I’m trying so hard to refrain from talking about how great Luang Prabang was eleven years ago. I don’t want to sound like that tourist, sorry, I mean traveller, who waxes lyrical over how cool they are for going to a place before most people heard about that place. By the way, I went back then because it was in the Lonely Planet guide.
The city has changed considerably, however, and while that was a shock it also meant I could get a soy latte seven times a day (Joma and Saffron both have non dairy milk). Still, it was overwhelming at times, and I was thrilled the Tamarind Cooking class took place with middle class cooking facilities in the middle of nowhere. Seriously, driving there was a bit like did I just pay someone to drive me to a location where nobody would find my body? Oh wait, no, there’s landscaping, stonework, and a pond.
If you do anything in LP, it should be the vegan cooking class at Tamarind (well it isn’t vegan but there’s an option). Tamarind’s cooking class caters to vegetarians and there’s no sense of being left out. Also, they encourage the use of MSG and I think that’s wonderful since it’s one of my main food groups.
We were given a choice between making jeow mak keua (aubergine dip) or jeow mak len (Lao tomato salsa). I chose the former, and it involved sticking eggplant, chillies, garlic, and shallot in a fire before pounding the ingredients into a paste. I added a lot of MSG.
The mok, which is traditionally fish steamed in banana leaves (Cambodia and Thailand have variations of this dish as well), was veganised by using bamboo shoots. The staff even maintained a separate steaming vessel for vegetarian mok parcels.
Oua si manton, or stuffed lemongrass with potato, was the most interesting and tricky dish of the night. Yes, stuffed lemongrass can happen, but only when an entire group of privileged tourists cry and other people come to fix our inabilities. Basically the process entailed making a cage out of a fat stalk of lemongrass, putting a bunch of stuff inside, and then deep frying it. For the record, I messed up a lot of lemongrass before someone cut it the right way for me.
Finally, we made khao gam, or coconut sticky rice, with tamarind sauce and lots of fresh fruit, a process of most people not paying attention to what they were doing because all anyone could think about was eating already. Also someone got really upset with me when they asked what the name of a fruit was and I told them the name of the fruit.
We sat down around a communal table with our food, plus a thousand other dishes and condiments prepared behind the scenes (with vegan versions of everything for me), and tucked in. Mushroom laap, pumpkin salad, and gaeng nor mai (bamboo shoot soup) were part of the spread, and it was a gluttonous affair where people talked about things like free range chicken and their children’s dance lessons.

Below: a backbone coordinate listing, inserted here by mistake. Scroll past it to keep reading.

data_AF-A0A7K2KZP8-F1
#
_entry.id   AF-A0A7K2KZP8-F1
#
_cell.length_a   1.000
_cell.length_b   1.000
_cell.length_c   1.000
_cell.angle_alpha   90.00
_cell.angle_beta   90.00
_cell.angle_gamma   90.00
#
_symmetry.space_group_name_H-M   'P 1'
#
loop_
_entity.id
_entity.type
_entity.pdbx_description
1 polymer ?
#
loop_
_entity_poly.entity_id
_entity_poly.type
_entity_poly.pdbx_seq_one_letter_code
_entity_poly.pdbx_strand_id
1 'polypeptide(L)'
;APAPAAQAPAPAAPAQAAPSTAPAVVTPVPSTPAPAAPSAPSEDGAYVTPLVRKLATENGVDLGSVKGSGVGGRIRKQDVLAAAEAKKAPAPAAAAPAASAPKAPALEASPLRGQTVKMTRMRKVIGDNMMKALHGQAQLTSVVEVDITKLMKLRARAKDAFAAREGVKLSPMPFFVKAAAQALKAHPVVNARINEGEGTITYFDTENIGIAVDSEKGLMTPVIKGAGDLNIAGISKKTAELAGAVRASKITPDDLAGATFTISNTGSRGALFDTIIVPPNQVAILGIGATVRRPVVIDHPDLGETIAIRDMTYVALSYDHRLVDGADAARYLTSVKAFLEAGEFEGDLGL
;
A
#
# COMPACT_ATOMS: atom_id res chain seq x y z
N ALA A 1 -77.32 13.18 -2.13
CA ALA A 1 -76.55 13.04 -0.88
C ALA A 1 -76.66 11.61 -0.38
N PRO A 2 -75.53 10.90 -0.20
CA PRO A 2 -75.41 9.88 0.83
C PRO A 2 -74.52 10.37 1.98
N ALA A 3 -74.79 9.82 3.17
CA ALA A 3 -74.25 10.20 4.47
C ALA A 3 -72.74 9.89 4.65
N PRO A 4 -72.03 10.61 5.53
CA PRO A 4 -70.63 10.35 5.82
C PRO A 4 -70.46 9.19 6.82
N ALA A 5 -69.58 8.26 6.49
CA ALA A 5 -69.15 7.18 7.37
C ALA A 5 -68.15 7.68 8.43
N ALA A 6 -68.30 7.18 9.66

I have participated in my fair share of cooking classes around Southeast Asia, and the vegetarian cooking option at Tamarind is by far the most professional and thought provoking. If you like cooking and are seeking a vegan cooking class in Luang Prabang then I highly recommend Tamarind. Be sure to arrive with a sense of humour though as at least half of your class will be comprised of UKIP (no not me, Kip) voters.
The restaurant Tamarind runs maintains a strong reputation in Luang Prabang and is securely on the itinerary of every tour package that runs through town. Reservations are recommended, especially for dinner.
One of my favourite aspects of dining here is that everything is explained as it comes out of the kitchen, from ingredients to how that particular food would be traditionally eaten. The other wonderful thing is watching the tour groups eating with their hands and saying things like “teehee, did you try eating the sticky rice with your hands, John? This is so funny!”
Tamarind understands what vegan means, and the vegetarian set menu was all vegan when I visited. I was told the ingredients in the som tam (tam mak hoong) could also be adjusted to suit.
There’s a menu item called the Seriously Vegetarian Dipping Platter, and since I am one hundred percent serious I decided to give this option a go. The plate includes a selection of four jeows (Lao dips eaten with sticky rice) and is gorgeous.
Tomato jeow (jeow mak len): mild tomato jeow with lime.
Eggplant jeow (jeow mak keua): smoky aubergine dip with a little chilli.
Pickled greens (som pak gat): garlicky pickled mustard greens.
Grilled chilli with coriander and garlic (jeow pak hom): quite spicy, but fabulous.
River vegetable chips (khai pene): tomato, garlic, and sesame seasoned dehydrated vegetable crisps.
Worth noting is my strong opinion that bael juice can be absolutely gross, but Tamarind’s version kicks arse. Worth noting is also the fact that I say “worth noting” in an awful lot in reviews.
The restaurant also sells cookbooks, ingredients, and cooking implements (if you took the cooking class and liked the tools…), so this is a good spot to hit if you’re seeking out foodie souvenirs.